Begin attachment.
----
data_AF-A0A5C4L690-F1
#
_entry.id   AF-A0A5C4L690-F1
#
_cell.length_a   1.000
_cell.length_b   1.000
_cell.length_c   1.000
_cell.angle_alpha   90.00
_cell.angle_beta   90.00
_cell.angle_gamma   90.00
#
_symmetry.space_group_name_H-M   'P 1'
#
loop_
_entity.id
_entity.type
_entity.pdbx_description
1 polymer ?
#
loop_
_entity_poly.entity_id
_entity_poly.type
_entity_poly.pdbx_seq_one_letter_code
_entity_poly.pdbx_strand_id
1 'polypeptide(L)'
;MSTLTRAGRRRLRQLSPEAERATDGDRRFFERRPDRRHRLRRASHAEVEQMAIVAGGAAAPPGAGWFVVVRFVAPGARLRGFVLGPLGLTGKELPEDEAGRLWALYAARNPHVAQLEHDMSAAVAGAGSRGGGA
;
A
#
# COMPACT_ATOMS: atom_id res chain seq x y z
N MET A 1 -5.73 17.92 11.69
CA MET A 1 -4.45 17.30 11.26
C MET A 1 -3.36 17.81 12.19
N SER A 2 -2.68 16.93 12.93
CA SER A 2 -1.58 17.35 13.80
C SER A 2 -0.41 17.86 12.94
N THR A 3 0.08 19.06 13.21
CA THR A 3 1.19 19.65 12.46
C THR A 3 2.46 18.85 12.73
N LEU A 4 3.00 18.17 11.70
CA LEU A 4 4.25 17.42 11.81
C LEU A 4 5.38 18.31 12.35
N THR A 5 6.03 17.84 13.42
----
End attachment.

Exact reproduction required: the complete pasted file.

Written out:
data_AF-A0A5C4L690-F1
#
_entry.id   AF-A0A5C4L690-F1
#
_cell.length_a   1.000
_cell.length_b   1.000
_cell.length_c   1.000
_cell.angle_alpha   90.00
_cell.angle_beta   90.00
_cell.angle_gamma   90.00
#
_symmetry.space_group_name_H-M   'P 1'
#
loop_
_entity.id
_entity.type
_entity.pdbx_description
1 polymer ?
#
loop_
_entity_poly.entity_id
_entity_poly.type
_entity_poly.pdbx_seq_one_letter_code
_entity_poly.pdbx_strand_id
1 'polypeptide(L)'
;MSTLTRAGRRRLRQLSPEAERATDGDRRFFERRPDRRHRLRRASHAEVEQMAIVAGGAAAPPGAGWFVVVRFVAPGARLRGFVLGPLGLTGKELPEDEAGRLWALYAARNPHVAQLEHDMSAAVAGAGSRGGGA
;
A
#
# COMPACT_ATOMS: atom_id res chain seq x y z
N MET A 1 -5.73 17.92 11.69
CA MET A 1 -4.45 17.30 11.26
C MET A 1 -3.36 17.81 12.19
N SER A 2 -2.68 16.93 12.93
CA SER A 2 -1.58 17.35 13.80
C SER A 2 -0.41 17.86 12.94
N THR A 3 0.08 19.06 13.21
CA THR A 3 1.19 19.65 12.46
C THR A 3 2.46 18.85 12.73
N LEU A 4 3.00 18.17 11.70
CA LEU A 4 4.25 17.42 11.81
C LEU A 4 5.38 18.31 12.35
N THR A 5 6.03 17.84 13.42